Some States Lag Behind in Internet Adoption
While Internet adoption has increased, some regions of the country trail others. View charts and data for each state.
New census estimates show that while a growing number of Americans surf the Web, some states still lag behind in Internet adoption.
About 71 percent of U.S. households were connected to the Internet in 2010, according to Current Population Survey estimates released this week. That’s up from 61.7 percent in 2007, with the rate steadily climbing since the first homes plugged in during the 1990s.
But strong divides in Internet access remain, with adoption rates varying widely among different regions and demographic groups.
In some rural areas, Internet providers offer limited coverage or slow connection speeds. Many low income Americans also opt not to purchase Internet service, citing cost concerns.
Data indicates southern states have the nation's lowest household adoption rates.
New Mexico recorded a household adoption rate of 64.1 percent – the lowest of any state, likely explained in part by its high Hispanic and American Indian population, groups typically less likely to connect to the Internet. Mississippi and Arkansas reported the next-lowest adoption rates for residents age 3 and up.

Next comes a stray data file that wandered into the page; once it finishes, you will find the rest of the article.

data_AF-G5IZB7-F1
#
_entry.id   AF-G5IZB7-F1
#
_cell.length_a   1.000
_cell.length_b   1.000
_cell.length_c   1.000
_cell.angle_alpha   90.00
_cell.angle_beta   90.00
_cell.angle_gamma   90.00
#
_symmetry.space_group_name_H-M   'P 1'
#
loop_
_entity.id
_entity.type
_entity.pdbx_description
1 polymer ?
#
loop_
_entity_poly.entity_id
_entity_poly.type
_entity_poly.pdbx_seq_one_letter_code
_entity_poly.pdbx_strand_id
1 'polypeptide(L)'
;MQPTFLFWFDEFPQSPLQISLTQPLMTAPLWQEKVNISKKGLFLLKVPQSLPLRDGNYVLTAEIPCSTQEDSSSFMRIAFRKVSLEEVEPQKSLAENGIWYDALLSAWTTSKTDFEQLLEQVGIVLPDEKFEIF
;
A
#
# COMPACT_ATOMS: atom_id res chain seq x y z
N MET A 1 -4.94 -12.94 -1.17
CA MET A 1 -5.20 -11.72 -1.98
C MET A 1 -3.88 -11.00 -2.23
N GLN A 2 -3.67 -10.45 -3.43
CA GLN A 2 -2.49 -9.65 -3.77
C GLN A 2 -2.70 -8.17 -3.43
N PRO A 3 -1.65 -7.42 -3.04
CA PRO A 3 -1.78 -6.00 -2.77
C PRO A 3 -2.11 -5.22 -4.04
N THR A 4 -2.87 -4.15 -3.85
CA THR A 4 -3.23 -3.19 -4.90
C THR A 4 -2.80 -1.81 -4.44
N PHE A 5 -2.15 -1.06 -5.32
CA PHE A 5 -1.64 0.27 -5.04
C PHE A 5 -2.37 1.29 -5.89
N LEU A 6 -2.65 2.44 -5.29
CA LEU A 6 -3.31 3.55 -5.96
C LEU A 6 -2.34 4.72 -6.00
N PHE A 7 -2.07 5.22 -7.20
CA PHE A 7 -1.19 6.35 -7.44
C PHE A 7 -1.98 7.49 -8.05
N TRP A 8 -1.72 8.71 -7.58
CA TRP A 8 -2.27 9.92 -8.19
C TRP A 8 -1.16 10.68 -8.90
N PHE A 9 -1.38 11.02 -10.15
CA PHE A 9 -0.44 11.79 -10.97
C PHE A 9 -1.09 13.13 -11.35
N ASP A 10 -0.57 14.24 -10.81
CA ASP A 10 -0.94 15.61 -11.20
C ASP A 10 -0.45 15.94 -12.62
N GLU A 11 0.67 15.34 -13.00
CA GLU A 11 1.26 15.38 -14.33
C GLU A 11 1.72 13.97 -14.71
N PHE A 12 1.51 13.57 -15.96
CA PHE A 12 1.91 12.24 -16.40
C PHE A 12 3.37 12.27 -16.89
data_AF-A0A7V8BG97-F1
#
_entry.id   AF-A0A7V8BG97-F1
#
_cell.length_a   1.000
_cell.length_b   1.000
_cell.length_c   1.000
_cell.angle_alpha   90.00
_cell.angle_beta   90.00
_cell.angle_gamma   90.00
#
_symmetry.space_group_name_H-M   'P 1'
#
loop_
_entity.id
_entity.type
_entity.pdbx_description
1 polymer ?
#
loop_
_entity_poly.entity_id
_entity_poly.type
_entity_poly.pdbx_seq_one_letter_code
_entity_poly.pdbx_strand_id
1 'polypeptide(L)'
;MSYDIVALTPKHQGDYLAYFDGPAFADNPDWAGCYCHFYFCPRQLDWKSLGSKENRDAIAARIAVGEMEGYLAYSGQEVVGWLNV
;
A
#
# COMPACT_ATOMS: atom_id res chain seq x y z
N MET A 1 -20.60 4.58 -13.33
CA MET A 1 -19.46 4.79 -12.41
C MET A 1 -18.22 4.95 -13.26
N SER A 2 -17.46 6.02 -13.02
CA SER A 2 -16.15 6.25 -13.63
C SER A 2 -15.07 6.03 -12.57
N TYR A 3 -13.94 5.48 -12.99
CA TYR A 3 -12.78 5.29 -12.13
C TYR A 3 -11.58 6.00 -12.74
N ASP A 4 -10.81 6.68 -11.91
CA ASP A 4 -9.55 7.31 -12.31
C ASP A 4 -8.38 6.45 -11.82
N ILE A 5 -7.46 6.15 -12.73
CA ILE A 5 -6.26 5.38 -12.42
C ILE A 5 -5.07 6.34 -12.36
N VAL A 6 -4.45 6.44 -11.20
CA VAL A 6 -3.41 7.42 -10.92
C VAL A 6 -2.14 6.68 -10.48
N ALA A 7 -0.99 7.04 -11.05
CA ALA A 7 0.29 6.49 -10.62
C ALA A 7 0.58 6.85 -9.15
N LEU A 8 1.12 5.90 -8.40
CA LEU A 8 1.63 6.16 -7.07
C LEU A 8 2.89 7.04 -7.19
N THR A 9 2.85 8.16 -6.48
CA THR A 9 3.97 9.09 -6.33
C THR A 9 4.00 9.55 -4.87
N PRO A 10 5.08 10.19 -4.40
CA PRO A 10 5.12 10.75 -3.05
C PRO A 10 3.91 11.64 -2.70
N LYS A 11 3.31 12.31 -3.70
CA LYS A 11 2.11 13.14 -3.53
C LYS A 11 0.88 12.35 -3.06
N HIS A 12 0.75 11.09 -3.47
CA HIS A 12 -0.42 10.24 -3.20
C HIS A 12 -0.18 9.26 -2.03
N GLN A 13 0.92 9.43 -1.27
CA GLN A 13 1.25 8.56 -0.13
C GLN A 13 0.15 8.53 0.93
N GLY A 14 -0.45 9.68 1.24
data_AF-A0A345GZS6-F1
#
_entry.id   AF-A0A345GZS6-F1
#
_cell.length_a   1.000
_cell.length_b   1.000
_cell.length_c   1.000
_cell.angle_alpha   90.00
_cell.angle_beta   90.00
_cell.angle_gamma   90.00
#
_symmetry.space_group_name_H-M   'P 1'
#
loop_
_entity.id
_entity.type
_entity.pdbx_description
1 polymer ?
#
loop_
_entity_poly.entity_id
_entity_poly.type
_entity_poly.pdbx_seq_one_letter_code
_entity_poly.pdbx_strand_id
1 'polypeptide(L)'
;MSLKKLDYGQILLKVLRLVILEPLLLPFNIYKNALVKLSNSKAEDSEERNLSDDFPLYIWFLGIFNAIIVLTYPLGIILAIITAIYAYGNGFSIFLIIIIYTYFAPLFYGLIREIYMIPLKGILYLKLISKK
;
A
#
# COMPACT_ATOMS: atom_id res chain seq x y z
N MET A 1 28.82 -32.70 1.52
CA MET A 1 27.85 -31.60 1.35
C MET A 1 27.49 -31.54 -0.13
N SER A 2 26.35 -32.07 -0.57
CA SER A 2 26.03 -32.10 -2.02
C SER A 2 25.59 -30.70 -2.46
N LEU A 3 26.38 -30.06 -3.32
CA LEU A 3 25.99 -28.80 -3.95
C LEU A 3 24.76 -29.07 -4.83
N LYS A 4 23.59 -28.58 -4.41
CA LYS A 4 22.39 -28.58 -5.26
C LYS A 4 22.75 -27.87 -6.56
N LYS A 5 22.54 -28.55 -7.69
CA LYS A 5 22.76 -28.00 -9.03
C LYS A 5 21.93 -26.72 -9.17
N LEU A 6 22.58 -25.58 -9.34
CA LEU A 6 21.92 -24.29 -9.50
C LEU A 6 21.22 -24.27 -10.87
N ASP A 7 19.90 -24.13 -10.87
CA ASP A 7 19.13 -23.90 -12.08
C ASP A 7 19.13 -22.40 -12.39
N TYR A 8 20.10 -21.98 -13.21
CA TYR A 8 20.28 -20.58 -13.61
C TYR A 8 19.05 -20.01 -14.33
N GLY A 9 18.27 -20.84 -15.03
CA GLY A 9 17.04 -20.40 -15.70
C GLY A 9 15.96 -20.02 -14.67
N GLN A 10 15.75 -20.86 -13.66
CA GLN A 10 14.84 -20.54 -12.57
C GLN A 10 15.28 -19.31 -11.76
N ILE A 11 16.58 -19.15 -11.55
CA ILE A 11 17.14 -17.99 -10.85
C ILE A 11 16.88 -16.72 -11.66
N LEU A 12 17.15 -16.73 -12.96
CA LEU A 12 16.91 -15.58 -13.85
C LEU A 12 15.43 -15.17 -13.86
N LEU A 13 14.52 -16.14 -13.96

By comparison, an estimated 86.2 percent of New Hampshire residents had household Internet access, the highest share in the 2010 survey.
The following chart illustrates the steady increase in Internet adoption, showing the percentage of total U.S. households with access since 1997:
The Census Bureau published the above yearly totals from survey results, but noted the wording of some questions varies from year to year. It's also worth noting that Americans without home access may instead use the Internet from work or school.
Many states recorded a significant boost in Internet access in recent years. Idaho led the way, with 80 percent of residents living in households with access, up from less than 62 percent in 2007. The state's increase was followed by Arizona, West Virginia and Kansas.
Household access jumped in all 50 states over the three-year period, although Indiana’s rate of 66.8 percent changed little from 2007.
The survey results did not distinguish among Internet connection types for state adoption percentages.
National data is broken down further, showing nearly 48 percent of Americans with home Internet access used cable line connections. Another 34.6 percent connected via slower DSL, while 4 percent were still limited to dial up.
It’s no surprise that less-educated individuals are far less likely to have their homes wired. Only 43 percent of those age 25 and older with less than a high school education and 66 percent who graduated high school but did not attend college had access at home, compared to nearly 91 percent holding at least a bachelor’s degree, according to survey data.
Household Internet adoption also varies across race and ethnicity: About 63 percent of Hispanics and blacks lived in households with access, compared to 81 percent for non-Hispanic whites and nearly 87 percent for Asians.